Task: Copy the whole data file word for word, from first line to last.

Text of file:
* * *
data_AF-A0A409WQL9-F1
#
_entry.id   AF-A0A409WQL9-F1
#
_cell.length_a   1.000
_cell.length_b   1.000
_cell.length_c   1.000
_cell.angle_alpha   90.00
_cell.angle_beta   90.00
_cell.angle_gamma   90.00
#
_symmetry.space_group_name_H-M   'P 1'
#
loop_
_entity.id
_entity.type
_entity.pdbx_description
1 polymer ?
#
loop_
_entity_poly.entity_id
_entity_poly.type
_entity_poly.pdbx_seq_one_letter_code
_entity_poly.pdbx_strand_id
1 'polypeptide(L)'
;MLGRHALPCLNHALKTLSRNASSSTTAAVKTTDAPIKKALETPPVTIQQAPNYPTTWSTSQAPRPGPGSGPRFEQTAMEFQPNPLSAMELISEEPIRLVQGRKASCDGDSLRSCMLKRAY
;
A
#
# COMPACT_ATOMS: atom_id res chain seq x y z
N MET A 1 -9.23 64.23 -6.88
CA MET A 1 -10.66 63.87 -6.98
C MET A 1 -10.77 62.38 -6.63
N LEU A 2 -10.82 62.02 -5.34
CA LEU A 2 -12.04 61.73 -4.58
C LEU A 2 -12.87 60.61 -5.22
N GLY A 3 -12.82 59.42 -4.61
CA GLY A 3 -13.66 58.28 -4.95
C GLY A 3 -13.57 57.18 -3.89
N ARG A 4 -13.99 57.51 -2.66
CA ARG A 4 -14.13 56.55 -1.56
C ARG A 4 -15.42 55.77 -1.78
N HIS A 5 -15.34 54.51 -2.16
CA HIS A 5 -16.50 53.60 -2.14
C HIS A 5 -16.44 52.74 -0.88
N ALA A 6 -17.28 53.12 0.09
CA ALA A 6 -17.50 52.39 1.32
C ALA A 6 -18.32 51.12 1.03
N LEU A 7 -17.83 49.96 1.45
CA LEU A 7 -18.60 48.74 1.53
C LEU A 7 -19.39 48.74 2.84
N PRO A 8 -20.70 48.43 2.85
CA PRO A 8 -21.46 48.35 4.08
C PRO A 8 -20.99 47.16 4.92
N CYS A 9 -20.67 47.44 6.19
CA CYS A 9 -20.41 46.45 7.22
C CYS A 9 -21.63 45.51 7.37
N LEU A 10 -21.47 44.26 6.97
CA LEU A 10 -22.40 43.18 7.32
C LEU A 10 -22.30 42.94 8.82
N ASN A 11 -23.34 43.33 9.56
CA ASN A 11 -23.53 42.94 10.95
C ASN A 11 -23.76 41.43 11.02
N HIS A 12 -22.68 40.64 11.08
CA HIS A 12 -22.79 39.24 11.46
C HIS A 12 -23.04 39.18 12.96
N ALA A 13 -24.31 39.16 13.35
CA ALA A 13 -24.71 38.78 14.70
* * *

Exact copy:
data_AF-A0A409WQL9-F1
#
_entry.id   AF-A0A409WQL9-F1
#
_cell.length_a   1.000
_cell.length_b   1.000
_cell.length_c   1.000
_cell.angle_alpha   90.00
_cell.angle_beta   90.00
_cell.angle_gamma   90.00
#
_symmetry.space_group_name_H-M   'P 1'
#
loop_
_entity.id
_entity.type
_entity.pdbx_description
1 polymer ?
#
loop_
_entity_poly.entity_id
_entity_poly.type
_entity_poly.pdbx_seq_one_letter_code
_entity_poly.pdbx_strand_id
1 'polypeptide(L)'
;MLGRHALPCLNHALKTLSRNASSSTTAAVKTTDAPIKKALETPPVTIQQAPNYPTTWSTSQAPRPGPGSGPRFEQTAMEFQPNPLSAMELISEEPIRLVQGRKASCDGDSLRSCMLKRAY
;
A
#
# COMPACT_ATOMS: atom_id res chain seq x y z
N MET A 1 -9.23 64.23 -6.88
CA MET A 1 -10.66 63.87 -6.98
C MET A 1 -10.77 62.38 -6.63
N LEU A 2 -10.82 62.02 -5.34
CA LEU A 2 -12.04 61.73 -4.58
C LEU A 2 -12.87 60.61 -5.22
N GLY A 3 -12.82 59.42 -4.61
CA GLY A 3 -13.66 58.28 -4.95
C GLY A 3 -13.57 57.18 -3.89
N ARG A 4 -13.99 57.51 -2.66
CA ARG A 4 -14.13 56.55 -1.56
C ARG A 4 -15.42 55.77 -1.78
N HIS A 5 -15.34 54.51 -2.16
CA HIS A 5 -16.50 53.60 -2.14
C HIS A 5 -16.44 52.74 -0.88
N ALA A 6 -17.28 53.12 0.09
CA ALA A 6 -17.50 52.39 1.32
C ALA A 6 -18.32 51.12 1.03
N LEU A 7 -17.83 49.96 1.45
CA LEU A 7 -18.60 48.74 1.53
C LEU A 7 -19.39 48.74 2.84
N PRO A 8 -20.70 48.43 2.85
CA PRO A 8 -21.46 48.35 4.08
C PRO A 8 -20.99 47.16 4.92
N CYS A 9 -20.67 47.44 6.19
CA CYS A 9 -20.41 46.45 7.22
C CYS A 9 -21.63 45.51 7.37
N LEU A 10 -21.47 44.26 6.97
CA LEU A 10 -22.40 43.18 7.32
C LEU A 10 -22.30 42.94 8.82
N ASN A 11 -23.34 43.33 9.56
CA ASN A 11 -23.53 42.94 10.95
C ASN A 11 -23.76 41.43 11.02
N HIS A 12 -22.68 40.64 11.08
CA HIS A 12 -22.79 39.24 11.46
C HIS A 12 -23.04 39.18 12.96
N ALA A 13 -24.31 39.16 13.35
CA ALA A 13 -24.71 38.78 14.70